In the second paper out of Switzerland, Dr. Marco Zanetti and colleagues shared their MR technique for assessing chronic wrist pain. In terms of equipment, optimal imaging can be achieved by using a dedicated wrist coil, sections of 2-3 mm, and a field-of-view of 8-10 cm, according to the group from University Hospital Balgrist in Zurich.

For the imaging protocol, they recommended an injection of gadolinium and iodinated contrast into the distal radioulnar joint (DRUJ) for direct MRA. For indirect MRA, they used a dose of 0.1 mmol/kg.

"Indirect (MRA) is based on the concept that contrast material injected intravenously, over time will diffuse into the joint space, so that quasiarthrographic T1-weighted imagines can be obtained," they wrote (European Radiology, August 24, 2006).

In terms of patient positioning, the authors stressed that "attention should be paid to avoid excessive radial and ulnar deviation as this will affect normal sagittal radiolunocapitate alignment."

Zanetti's group then offered some MR pearls and pitfalls in various areas of the wrist. These included the following:

  • Complete tears of the triangular fibrocartilage (TFC) complex are visualized better on MR than partial tears, with excellent results reported for central or radial TFC lesions. Both conventional arthrography and MRI may miss TFC ulnar attachment tears.

  • MR's sensitivity is generally higher in scapholunate ligament tears versus lunotriquetral ligament tears.

  • In tendinitis, thickening of the tendon and increased T1-weighted signal intensity can be seen. Partial tears lead to increased signal intensity on T2-weighted imaging as well. Thickened tends of the first compartment and synovial edema may be de Quervain's synovitis.

  • Gadolinium-enhanced MR is ideal for detecting avascularity of bone in patients with pseudoarthrosis. Occult bone lesions are seen as signal intensity abnormalities in the subchondral bone marrow.

  • 1.5-tesla MR is inaccurate for detecting focal articular cartilage defects in the radiocarpal joint.

Several presentations at the 2006 RSNA in Chicago will focus on MRI in the hand and wrist. One education exhibit (LL-MK5272) will correlate MR findings in osteoarthritis of the hand with x-ray and anatomic signs. A scientific paper (SSJ22-01) will compare MR, CT, and MR arthrography in wrist ligament tears.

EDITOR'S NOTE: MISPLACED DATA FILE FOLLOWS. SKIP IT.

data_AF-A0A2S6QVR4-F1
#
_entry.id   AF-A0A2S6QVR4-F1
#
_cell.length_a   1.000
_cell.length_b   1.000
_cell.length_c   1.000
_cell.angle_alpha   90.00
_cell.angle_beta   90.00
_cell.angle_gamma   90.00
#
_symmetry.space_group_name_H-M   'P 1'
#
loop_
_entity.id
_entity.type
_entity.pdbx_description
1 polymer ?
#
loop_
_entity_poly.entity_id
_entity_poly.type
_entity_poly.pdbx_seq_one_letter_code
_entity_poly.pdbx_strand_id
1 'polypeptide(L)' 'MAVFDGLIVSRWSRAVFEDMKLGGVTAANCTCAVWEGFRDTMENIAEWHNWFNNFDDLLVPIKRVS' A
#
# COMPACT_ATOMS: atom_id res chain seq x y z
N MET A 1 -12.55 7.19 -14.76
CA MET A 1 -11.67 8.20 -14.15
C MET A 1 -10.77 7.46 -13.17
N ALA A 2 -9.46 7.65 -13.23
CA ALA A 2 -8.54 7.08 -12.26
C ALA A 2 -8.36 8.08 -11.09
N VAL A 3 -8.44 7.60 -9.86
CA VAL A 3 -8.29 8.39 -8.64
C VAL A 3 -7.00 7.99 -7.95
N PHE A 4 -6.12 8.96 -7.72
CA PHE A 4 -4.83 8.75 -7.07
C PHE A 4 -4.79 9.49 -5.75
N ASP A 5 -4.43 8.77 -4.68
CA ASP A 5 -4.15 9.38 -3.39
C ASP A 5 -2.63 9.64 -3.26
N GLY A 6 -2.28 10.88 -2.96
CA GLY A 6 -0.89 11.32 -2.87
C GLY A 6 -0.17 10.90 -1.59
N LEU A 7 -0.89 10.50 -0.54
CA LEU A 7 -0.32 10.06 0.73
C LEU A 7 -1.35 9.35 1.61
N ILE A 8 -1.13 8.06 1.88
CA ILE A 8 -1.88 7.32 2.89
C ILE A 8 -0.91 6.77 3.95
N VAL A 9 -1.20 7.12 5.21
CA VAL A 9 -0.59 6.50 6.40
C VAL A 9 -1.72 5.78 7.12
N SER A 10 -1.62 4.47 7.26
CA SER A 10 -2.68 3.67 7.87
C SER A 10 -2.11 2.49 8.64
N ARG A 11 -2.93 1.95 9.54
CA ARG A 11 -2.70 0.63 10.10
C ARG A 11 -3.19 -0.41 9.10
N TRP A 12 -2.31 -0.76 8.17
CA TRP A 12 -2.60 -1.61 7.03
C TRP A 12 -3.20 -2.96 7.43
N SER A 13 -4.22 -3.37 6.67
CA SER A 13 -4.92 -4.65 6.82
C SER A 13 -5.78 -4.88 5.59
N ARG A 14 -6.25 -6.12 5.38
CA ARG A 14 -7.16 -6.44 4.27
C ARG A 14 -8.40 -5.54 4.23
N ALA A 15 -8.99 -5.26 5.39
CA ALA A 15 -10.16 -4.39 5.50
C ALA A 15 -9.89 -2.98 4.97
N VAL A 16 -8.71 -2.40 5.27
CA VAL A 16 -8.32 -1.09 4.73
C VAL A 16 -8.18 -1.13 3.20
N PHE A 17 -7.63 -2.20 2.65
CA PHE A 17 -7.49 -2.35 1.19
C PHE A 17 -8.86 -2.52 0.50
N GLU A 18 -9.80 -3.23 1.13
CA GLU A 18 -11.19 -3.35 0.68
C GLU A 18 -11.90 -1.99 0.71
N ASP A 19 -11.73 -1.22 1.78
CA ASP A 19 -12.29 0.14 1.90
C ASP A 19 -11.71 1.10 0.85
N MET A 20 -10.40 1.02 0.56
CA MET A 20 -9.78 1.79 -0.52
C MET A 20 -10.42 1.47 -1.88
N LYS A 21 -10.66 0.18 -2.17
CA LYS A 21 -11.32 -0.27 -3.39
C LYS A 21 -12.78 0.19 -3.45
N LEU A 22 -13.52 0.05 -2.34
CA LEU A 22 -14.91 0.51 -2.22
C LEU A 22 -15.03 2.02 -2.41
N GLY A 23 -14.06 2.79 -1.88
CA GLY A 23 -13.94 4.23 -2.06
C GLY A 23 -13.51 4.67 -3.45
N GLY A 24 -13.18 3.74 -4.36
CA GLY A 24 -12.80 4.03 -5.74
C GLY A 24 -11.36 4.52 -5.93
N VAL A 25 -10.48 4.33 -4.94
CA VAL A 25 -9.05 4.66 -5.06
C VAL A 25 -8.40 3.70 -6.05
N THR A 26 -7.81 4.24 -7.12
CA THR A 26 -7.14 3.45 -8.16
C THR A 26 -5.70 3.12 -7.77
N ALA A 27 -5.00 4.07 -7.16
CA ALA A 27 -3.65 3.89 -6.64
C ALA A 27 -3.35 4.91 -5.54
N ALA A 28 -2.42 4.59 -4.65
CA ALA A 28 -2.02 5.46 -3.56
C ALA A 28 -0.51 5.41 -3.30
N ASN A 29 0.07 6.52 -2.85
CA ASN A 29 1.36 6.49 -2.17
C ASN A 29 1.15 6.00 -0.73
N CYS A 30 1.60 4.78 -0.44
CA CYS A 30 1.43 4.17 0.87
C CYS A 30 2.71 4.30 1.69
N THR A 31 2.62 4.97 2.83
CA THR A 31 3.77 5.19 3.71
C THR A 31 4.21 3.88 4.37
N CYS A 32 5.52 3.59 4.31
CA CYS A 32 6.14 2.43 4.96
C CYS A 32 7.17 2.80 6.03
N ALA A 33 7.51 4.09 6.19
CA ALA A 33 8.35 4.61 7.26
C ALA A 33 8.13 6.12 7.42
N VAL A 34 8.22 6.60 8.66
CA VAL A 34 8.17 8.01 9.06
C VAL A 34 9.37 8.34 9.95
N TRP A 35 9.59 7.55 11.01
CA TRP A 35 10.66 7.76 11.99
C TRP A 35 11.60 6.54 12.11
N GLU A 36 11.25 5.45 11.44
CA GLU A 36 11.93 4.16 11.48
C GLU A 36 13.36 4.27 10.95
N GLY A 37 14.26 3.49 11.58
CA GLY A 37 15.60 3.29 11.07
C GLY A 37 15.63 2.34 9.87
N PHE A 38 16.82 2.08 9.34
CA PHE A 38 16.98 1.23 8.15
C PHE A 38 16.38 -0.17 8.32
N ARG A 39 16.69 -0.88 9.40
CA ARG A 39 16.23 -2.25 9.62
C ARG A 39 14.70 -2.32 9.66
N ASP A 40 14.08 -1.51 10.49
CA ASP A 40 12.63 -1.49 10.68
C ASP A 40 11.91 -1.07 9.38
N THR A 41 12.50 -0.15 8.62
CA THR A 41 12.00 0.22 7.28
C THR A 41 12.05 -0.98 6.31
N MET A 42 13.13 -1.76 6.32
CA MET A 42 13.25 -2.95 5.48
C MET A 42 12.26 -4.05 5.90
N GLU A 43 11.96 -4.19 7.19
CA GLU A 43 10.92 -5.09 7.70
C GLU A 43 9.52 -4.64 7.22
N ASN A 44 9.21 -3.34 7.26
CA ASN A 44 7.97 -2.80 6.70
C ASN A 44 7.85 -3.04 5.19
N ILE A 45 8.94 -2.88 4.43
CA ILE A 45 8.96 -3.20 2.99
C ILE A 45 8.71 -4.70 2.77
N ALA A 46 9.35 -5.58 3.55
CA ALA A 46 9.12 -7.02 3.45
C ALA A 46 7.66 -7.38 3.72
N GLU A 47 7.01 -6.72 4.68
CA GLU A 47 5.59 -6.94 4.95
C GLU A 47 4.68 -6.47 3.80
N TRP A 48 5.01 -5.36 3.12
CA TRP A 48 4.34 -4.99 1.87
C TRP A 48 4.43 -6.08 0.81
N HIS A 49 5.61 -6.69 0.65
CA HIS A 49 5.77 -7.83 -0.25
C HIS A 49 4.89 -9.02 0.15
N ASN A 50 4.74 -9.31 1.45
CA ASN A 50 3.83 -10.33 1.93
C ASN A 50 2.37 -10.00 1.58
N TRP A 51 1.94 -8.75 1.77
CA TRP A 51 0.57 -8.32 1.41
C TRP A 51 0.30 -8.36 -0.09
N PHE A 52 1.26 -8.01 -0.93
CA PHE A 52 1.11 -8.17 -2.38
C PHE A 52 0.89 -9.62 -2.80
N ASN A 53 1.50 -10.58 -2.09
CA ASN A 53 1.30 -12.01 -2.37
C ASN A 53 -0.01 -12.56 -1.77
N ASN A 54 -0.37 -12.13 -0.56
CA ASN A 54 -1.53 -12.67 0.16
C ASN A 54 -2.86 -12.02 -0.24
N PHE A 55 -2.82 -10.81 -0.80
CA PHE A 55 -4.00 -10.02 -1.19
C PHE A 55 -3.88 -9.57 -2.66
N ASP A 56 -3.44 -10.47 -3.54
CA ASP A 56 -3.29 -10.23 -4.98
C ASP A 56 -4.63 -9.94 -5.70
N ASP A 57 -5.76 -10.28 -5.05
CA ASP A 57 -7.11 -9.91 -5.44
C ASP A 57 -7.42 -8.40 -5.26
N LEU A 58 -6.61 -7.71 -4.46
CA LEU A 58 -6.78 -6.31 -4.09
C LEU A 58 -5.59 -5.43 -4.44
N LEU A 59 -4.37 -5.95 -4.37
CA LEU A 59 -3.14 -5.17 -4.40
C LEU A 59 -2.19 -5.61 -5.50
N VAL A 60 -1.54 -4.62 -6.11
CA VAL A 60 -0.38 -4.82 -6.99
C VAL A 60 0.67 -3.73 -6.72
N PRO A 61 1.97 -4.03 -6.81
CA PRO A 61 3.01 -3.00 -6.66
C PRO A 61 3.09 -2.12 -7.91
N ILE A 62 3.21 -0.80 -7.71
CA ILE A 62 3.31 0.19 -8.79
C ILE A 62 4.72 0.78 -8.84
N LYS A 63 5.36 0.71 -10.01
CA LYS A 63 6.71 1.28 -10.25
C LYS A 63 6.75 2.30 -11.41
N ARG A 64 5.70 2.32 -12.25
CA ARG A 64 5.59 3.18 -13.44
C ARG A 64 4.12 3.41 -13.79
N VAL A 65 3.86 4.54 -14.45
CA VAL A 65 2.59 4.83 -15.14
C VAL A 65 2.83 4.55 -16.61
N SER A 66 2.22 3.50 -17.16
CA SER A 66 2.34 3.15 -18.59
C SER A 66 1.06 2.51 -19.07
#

US: The whole world in its hands?

In work-related wrist tenosynovitis, ultrasound is best deployed as a second-line classification technique, according to occupational health specialists from Italy. Dr. Cristiana Fiorentini and colleagues looked at the potential epidemiological use for ultrasound in a population of 160 production workers.

"Tenosynovitis of the wrist frequently accompanies forceful and repetitive wrist-hand activities, especially when associated with awkward wrist posture," wrote Fiorentini, who is from the Policlinico Sant'Orsola-Malpighi in Bologna. "We analyzed data collected ... from a population of meat (processing) workers highly exposed to biomechanical risk factors" (Occupational and Environmental Medicine, September 14, 2006).

The workers were assessed by a biomechanics expert for hand activity level and peak finger force while on the job. An occupational physician examined the workers clinically for signs of wrist tenosynovitis and carpal tunnel syndrome.

Ultrasonography was done on a unit with a 7.5-MHz linear transducer. The tendons of the flexor digitorum muscle were examined at the palmar compartment of the wrist. The transducer was placed parallel and proximal to the distal crest in the transverse scan, and parallel to the palmaris longus tendon in the longitudinal scan, the authors explained.

"The following ultrasonography findings were recorded: 1) nonhomogeneity of tendinous bundle echotexture; 2) thickening of the tendinous bundle; 3) anechoic halo around at least one tendon," they added.

These sonographic parameters are commonly considered pathognomonic of acute and degenerative tendon pathology, the authors said. The anechoic halo around the tendon is considered a hallmark of synovitis.

According to the biomechanical analysis, the workers repeated 30 hand-related actions per minute. Clinical symptoms included tenosynovitis in 33% of the workers. On imaging, only 22% of the symptomatic workers showed any ultrasonographic signs, the authors reported. Also, each of the three sonographic findings showed good specificity at 85% or higher, but low sensitivity at less than 60%. Overall, the poor concordance between ultrasound findings and symptoms indicated that pain is not a specific enough symptom to define tenosynovitis.

This led the authors to suggest that ultrasound, when paired with symptom-based definitions of the disease, may overestimate the frequency of wrist tenosynovitis. However, they added that in symptomatic subject, sonographic information can produce more specific epidemiological classification.